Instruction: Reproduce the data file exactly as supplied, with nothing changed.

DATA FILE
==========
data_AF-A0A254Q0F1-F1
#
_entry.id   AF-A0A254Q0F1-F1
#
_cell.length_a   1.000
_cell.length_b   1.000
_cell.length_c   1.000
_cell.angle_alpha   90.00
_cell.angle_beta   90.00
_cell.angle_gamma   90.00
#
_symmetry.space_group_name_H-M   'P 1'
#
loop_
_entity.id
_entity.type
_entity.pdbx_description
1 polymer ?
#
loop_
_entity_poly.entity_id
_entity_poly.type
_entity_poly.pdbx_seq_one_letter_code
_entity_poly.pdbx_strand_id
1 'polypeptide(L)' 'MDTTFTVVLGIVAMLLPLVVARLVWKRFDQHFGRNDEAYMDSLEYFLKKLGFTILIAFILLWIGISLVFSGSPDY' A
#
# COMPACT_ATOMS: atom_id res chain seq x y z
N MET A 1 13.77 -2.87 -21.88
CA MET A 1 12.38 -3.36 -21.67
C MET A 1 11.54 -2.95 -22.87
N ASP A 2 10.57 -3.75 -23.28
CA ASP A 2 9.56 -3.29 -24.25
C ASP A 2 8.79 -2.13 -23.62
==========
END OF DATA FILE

data_AF-A0A254Q0F1-F1
#
_entry.id   AF-A0A254Q0F1-F1
#
_cell.length_a   1.000
_cell.length_b   1.000
_cell.length_c   1.000
_cell.angle_alpha   90.00
_cell.angle_beta   90.00
_cell.angle_gamma   90.00
#
_symmetry.space_group_name_H-M   'P 1'
#
loop_
_entity.id
_entity.type
_entity.pdbx_description
1 polymer ?
#
loop_
_entity_poly.entity_id
_entity_poly.type
_entity_poly.pdbx_seq_one_letter_code
_entity_poly.pdbx_strand_id
1 'polypeptide(L)' 'MDTTFTVVLGIVAMLLPLVVARLVWKRFDQHFGRNDEAYMDSLEYFLKKLGFTILIAFILLWIGISLVFSGSPDY' A
#
# COMPACT_ATOMS: atom_id res chain seq x y z
N MET A 1 13.77 -2.87 -21.88
CA MET A 1 12.38 -3.36 -21.67
C MET A 1 11.54 -2.95 -22.87
N ASP A 2 10.57 -3.75 -23.28
CA ASP A 2 9.56 -3.29 -24.25
C ASP A 2 8.79 -2.13 -23.62